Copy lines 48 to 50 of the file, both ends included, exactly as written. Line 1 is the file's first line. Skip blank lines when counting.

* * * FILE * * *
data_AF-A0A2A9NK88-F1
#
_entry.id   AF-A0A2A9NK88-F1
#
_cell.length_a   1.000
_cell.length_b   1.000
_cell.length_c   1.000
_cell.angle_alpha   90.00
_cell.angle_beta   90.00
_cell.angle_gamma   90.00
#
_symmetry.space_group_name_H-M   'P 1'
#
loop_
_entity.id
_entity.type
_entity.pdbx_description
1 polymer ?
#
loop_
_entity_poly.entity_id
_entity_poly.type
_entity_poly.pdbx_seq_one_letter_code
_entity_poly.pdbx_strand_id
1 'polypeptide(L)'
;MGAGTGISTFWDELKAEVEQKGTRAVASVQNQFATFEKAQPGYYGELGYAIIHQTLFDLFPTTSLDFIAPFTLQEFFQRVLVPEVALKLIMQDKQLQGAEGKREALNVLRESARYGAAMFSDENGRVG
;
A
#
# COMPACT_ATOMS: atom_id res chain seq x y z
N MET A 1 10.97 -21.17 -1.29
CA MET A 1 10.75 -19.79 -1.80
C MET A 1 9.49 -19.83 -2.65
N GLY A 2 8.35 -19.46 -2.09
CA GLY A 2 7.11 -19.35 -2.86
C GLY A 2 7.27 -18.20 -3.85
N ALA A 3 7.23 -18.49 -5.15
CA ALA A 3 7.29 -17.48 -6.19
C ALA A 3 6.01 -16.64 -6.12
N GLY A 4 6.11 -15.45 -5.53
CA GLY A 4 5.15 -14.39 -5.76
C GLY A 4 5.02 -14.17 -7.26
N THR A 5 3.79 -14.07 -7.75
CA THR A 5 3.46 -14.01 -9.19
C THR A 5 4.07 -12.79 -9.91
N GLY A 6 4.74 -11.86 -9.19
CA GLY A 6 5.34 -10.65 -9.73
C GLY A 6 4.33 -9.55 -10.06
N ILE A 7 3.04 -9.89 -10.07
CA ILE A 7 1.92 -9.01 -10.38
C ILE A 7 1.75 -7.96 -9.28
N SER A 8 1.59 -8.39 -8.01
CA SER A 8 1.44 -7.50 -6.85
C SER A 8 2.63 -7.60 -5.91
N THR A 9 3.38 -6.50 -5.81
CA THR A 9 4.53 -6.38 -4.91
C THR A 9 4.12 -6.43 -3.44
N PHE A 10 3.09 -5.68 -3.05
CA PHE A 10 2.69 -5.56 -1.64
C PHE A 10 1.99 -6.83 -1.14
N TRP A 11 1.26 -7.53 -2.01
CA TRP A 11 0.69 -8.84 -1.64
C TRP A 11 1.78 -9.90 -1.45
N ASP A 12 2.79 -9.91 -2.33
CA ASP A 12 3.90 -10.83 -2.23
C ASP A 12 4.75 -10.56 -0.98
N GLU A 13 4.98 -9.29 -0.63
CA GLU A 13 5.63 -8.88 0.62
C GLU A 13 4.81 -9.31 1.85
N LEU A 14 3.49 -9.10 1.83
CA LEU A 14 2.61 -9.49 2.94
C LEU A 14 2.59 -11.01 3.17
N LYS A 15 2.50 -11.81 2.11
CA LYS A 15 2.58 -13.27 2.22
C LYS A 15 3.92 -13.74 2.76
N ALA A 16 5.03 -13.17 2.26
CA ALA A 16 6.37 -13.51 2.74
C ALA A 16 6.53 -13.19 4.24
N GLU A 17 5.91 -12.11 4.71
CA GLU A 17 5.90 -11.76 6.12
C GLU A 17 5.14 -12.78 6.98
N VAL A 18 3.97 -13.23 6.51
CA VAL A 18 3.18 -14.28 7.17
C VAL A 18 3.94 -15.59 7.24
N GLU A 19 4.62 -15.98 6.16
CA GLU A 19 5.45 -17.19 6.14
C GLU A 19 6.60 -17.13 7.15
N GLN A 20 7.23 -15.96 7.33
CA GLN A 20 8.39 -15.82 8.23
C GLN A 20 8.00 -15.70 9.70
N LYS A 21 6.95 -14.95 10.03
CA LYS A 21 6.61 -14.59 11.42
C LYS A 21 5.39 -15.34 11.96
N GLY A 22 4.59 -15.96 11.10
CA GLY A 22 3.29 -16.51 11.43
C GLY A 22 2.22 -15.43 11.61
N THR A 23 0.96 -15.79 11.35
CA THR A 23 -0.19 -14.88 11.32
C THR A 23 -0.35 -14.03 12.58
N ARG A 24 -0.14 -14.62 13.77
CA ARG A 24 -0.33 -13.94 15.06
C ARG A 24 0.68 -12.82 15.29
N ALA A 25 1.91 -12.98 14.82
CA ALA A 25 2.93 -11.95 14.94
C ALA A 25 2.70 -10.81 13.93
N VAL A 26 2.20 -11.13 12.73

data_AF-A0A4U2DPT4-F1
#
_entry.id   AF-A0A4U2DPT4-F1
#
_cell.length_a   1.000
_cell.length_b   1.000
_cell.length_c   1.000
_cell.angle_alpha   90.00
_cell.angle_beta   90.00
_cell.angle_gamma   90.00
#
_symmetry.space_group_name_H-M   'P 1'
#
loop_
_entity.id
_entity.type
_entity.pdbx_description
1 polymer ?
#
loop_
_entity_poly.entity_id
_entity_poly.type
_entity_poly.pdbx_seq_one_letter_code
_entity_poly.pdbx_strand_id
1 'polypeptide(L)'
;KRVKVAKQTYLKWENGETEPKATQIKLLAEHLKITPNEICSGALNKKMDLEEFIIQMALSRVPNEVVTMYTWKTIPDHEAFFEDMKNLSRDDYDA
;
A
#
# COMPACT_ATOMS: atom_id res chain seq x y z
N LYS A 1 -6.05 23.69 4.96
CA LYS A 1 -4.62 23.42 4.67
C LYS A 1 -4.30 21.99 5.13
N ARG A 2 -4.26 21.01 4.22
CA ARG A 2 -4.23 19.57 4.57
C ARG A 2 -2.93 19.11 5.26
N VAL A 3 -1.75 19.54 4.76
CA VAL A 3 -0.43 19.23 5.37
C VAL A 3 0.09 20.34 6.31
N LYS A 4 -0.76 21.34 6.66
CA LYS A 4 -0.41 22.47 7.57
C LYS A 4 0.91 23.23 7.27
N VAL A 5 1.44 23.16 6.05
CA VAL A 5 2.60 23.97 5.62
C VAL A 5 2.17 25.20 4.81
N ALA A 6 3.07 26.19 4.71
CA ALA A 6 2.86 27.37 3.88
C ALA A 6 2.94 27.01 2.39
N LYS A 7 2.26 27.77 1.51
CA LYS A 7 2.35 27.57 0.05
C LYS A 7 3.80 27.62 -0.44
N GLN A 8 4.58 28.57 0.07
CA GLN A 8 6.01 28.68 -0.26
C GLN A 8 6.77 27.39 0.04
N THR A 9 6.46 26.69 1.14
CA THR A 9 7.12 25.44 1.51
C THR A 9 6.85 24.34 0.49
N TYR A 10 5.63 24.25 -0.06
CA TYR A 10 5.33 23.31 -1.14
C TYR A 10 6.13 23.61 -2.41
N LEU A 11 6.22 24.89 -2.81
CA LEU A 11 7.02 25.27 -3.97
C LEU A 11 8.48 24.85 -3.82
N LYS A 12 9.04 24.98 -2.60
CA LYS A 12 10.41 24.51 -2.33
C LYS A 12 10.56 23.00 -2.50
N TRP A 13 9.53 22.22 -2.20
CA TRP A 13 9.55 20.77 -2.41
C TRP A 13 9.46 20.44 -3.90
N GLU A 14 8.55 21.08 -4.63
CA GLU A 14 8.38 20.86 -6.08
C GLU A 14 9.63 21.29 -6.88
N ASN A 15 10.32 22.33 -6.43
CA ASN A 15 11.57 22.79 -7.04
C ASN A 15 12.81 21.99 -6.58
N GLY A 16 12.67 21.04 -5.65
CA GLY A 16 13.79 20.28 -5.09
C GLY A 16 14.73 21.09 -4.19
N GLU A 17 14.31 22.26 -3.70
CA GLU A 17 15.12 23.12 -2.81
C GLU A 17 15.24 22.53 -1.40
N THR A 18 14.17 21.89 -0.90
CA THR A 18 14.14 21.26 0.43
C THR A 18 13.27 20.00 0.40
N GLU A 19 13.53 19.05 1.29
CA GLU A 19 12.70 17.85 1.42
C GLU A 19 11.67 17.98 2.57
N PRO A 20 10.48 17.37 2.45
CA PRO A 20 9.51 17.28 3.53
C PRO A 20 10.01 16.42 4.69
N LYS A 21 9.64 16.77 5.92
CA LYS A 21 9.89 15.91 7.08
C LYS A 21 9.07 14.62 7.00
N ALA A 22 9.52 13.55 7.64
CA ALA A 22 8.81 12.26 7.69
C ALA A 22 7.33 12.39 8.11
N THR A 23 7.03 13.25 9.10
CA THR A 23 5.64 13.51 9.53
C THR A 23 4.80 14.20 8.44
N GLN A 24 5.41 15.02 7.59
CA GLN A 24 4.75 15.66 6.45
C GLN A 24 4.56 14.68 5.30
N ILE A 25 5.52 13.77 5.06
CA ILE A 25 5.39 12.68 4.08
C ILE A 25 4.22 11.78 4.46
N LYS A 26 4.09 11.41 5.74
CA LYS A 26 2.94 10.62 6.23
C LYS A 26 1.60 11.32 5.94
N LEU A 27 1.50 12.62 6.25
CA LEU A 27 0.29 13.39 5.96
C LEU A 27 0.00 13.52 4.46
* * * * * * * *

C GLY A 6 4.33 -9.55 -10.06
N ILE A 7 3.04 -9.89 -10.07
CA ILE A 7 1.92 -9.01 -10.38